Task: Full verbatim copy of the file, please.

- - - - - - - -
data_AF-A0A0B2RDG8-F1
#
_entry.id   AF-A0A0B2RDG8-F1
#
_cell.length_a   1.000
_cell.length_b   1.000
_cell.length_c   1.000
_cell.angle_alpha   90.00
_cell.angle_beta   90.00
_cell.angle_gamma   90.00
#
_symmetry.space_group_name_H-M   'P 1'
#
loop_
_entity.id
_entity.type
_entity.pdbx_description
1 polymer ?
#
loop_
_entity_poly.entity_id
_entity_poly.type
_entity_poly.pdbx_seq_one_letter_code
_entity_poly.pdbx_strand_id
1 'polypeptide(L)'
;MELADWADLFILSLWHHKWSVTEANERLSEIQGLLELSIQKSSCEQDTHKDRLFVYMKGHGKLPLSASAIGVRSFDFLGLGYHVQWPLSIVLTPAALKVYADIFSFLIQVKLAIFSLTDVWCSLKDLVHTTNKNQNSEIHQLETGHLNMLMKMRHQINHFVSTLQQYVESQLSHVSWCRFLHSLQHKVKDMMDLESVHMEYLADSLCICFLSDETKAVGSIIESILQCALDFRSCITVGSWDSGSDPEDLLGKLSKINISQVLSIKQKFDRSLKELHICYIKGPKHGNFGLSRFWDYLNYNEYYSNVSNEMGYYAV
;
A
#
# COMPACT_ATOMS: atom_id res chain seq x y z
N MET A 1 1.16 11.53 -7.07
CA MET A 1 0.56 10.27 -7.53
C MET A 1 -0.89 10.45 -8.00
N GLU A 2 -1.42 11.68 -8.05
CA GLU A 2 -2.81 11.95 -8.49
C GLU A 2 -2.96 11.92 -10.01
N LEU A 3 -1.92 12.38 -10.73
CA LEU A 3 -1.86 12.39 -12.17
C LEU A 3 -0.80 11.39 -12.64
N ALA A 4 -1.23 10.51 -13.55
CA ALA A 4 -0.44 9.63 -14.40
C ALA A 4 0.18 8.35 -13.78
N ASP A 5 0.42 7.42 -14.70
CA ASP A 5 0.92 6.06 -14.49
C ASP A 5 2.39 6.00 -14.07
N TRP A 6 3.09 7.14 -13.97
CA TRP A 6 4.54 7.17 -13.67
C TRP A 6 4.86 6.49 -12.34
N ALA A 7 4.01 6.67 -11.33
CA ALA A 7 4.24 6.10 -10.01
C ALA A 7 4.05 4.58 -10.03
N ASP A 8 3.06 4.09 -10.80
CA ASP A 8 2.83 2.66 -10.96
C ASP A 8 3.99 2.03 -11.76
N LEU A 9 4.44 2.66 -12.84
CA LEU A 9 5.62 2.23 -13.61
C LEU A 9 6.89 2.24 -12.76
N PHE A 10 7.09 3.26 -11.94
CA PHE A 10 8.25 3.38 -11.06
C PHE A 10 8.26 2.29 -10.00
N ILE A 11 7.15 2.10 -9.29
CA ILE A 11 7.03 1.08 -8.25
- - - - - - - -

data_AF-A0A0B2RDG8-F1
#
_entry.id   AF-A0A0B2RDG8-F1
#
_cell.length_a   1.000
_cell.length_b   1.000
_cell.length_c   1.000
_cell.angle_alpha   90.00
_cell.angle_beta   90.00
_cell.angle_gamma   90.00
#
_symmetry.space_group_name_H-M   'P 1'
#
loop_
_entity.id
_entity.type
_entity.pdbx_description
1 polymer ?
#
loop_
_entity_poly.entity_id
_entity_poly.type
_entity_poly.pdbx_seq_one_letter_code
_entity_poly.pdbx_strand_id
1 'polypeptide(L)'
;MELADWADLFILSLWHHKWSVTEANERLSEIQGLLELSIQKSSCEQDTHKDRLFVYMKGHGKLPLSASAIGVRSFDFLGLGYHVQWPLSIVLTPAALKVYADIFSFLIQVKLAIFSLTDVWCSLKDLVHTTNKNQNSEIHQLETGHLNMLMKMRHQINHFVSTLQQYVESQLSHVSWCRFLHSLQHKVKDMMDLESVHMEYLADSLCICFLSDETKAVGSIIESILQCALDFRSCITVGSWDSGSDPEDLLGKLSKINISQVLSIKQKFDRSLKELHICYIKGPKHGNFGLSRFWDYLNYNEYYSNVSNEMGYYAV
;
A
#
# COMPACT_ATOMS: atom_id res chain seq x y z
N MET A 1 1.16 11.53 -7.07
CA MET A 1 0.56 10.27 -7.53
C MET A 1 -0.89 10.45 -8.00
N GLU A 2 -1.42 11.68 -8.05
CA GLU A 2 -2.81 11.95 -8.49
C GLU A 2 -2.96 11.92 -10.01
N LEU A 3 -1.92 12.38 -10.73
CA LEU A 3 -1.86 12.39 -12.17
C LEU A 3 -0.80 11.39 -12.64
N ALA A 4 -1.23 10.51 -13.55
CA ALA A 4 -0.44 9.63 -14.40
C ALA A 4 0.18 8.35 -13.78
N ASP A 5 0.42 7.42 -14.70
CA ASP A 5 0.92 6.06 -14.49
C ASP A 5 2.39 6.00 -14.07
N TRP A 6 3.09 7.14 -13.97
CA TRP A 6 4.54 7.17 -13.67
C TRP A 6 4.86 6.49 -12.34
N ALA A 7 4.01 6.67 -11.33
CA ALA A 7 4.24 6.10 -10.01
C ALA A 7 4.05 4.58 -10.03
N ASP A 8 3.06 4.09 -10.80
CA ASP A 8 2.83 2.66 -10.96
C ASP A 8 3.99 2.03 -11.76
N LEU A 9 4.44 2.66 -12.84
CA LEU A 9 5.62 2.23 -13.61
C LEU A 9 6.89 2.24 -12.76
N PHE A 10 7.09 3.26 -11.94
CA PHE A 10 8.25 3.38 -11.06
C PHE A 10 8.26 2.29 -10.00
N ILE A 11 7.15 2.10 -9.29
CA ILE A 11 7.03 1.08 -8.25